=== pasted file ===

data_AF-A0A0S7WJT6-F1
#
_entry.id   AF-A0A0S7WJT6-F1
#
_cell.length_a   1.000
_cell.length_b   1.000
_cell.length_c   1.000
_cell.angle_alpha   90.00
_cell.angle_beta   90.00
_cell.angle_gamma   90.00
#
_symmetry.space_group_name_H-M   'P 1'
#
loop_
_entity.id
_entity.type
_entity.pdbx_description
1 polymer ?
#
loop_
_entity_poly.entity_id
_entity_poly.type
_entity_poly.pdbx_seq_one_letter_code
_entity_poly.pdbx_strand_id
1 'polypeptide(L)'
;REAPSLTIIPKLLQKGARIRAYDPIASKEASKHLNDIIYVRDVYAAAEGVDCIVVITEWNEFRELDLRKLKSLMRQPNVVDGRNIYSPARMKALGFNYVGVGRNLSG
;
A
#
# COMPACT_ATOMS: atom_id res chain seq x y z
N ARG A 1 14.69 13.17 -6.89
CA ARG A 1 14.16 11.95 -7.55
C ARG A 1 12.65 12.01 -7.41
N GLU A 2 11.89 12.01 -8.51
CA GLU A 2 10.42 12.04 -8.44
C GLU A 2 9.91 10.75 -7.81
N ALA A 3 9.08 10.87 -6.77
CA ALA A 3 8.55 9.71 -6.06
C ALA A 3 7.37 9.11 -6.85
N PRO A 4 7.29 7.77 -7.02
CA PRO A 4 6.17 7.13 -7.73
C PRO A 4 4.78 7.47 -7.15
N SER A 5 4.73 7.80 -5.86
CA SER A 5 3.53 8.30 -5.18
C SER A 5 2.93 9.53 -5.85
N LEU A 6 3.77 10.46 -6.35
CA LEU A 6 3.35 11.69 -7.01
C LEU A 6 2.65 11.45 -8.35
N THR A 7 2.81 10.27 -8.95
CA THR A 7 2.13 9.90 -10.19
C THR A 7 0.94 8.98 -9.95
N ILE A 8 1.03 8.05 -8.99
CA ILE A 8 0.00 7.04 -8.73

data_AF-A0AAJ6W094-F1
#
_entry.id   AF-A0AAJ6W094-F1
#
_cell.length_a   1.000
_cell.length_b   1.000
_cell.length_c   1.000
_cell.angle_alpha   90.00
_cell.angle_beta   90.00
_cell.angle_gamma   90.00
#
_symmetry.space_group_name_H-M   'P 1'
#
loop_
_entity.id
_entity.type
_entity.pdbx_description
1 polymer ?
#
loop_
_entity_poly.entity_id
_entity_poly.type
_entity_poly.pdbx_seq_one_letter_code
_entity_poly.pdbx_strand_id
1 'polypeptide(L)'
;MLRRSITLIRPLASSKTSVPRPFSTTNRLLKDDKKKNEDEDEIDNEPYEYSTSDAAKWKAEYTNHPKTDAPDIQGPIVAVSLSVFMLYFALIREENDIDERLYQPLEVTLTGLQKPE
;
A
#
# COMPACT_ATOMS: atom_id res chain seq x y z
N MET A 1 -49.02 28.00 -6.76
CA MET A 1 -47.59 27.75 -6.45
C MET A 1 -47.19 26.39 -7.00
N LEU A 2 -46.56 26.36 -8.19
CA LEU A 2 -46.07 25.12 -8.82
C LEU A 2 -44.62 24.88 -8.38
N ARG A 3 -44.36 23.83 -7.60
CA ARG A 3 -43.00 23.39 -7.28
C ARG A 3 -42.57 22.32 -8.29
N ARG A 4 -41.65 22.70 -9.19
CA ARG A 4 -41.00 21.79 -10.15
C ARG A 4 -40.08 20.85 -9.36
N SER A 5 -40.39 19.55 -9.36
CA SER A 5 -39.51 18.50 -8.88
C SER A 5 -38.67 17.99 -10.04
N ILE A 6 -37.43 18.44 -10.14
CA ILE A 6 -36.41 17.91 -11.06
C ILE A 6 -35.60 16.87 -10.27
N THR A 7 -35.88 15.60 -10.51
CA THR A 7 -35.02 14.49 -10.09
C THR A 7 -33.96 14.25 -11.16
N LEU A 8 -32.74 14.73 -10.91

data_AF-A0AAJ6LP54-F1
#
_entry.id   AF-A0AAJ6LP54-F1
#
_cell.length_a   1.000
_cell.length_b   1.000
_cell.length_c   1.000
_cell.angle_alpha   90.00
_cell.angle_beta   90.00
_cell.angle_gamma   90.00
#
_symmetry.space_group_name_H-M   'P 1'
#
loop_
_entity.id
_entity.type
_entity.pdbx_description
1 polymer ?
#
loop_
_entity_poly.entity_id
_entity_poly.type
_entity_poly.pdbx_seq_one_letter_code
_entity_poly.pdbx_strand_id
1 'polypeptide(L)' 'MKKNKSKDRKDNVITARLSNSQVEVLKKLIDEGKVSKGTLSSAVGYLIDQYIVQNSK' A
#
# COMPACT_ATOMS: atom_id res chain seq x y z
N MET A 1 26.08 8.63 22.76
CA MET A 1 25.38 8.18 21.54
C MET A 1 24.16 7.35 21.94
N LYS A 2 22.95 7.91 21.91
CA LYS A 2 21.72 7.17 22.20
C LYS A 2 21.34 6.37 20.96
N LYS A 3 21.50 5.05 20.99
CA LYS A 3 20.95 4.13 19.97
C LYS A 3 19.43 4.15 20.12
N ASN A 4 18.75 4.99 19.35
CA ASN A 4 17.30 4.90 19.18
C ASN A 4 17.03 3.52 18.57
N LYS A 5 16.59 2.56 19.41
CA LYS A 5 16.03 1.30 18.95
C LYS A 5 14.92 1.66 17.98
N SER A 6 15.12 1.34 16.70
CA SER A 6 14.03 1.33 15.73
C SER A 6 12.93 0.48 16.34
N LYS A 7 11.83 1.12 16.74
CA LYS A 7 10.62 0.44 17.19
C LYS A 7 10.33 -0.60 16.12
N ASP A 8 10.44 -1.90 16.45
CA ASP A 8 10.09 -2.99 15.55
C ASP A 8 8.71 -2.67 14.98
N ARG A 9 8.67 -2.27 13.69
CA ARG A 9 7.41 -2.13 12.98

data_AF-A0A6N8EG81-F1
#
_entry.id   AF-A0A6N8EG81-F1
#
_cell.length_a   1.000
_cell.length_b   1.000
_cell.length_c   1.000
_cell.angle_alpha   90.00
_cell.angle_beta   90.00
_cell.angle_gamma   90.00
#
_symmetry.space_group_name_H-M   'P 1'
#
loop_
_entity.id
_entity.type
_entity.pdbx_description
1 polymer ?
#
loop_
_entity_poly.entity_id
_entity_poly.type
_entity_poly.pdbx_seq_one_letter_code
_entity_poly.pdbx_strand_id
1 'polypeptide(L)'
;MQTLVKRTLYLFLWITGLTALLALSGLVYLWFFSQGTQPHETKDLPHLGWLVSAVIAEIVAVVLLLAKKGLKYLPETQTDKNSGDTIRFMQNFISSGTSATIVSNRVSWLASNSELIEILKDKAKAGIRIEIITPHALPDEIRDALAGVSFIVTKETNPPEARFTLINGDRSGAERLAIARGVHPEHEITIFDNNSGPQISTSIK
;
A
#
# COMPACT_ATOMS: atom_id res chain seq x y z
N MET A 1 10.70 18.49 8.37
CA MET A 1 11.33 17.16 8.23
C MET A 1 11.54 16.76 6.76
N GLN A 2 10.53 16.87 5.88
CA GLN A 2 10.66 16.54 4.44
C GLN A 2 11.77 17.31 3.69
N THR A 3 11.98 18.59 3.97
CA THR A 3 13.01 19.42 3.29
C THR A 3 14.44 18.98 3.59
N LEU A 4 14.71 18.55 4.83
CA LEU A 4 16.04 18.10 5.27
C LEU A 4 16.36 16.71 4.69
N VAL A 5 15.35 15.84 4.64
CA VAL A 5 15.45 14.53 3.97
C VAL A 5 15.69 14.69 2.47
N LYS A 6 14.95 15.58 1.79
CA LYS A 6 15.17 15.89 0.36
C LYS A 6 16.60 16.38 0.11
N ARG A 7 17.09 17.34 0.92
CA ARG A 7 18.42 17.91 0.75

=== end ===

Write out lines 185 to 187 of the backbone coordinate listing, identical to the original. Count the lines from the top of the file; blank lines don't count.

;
A
#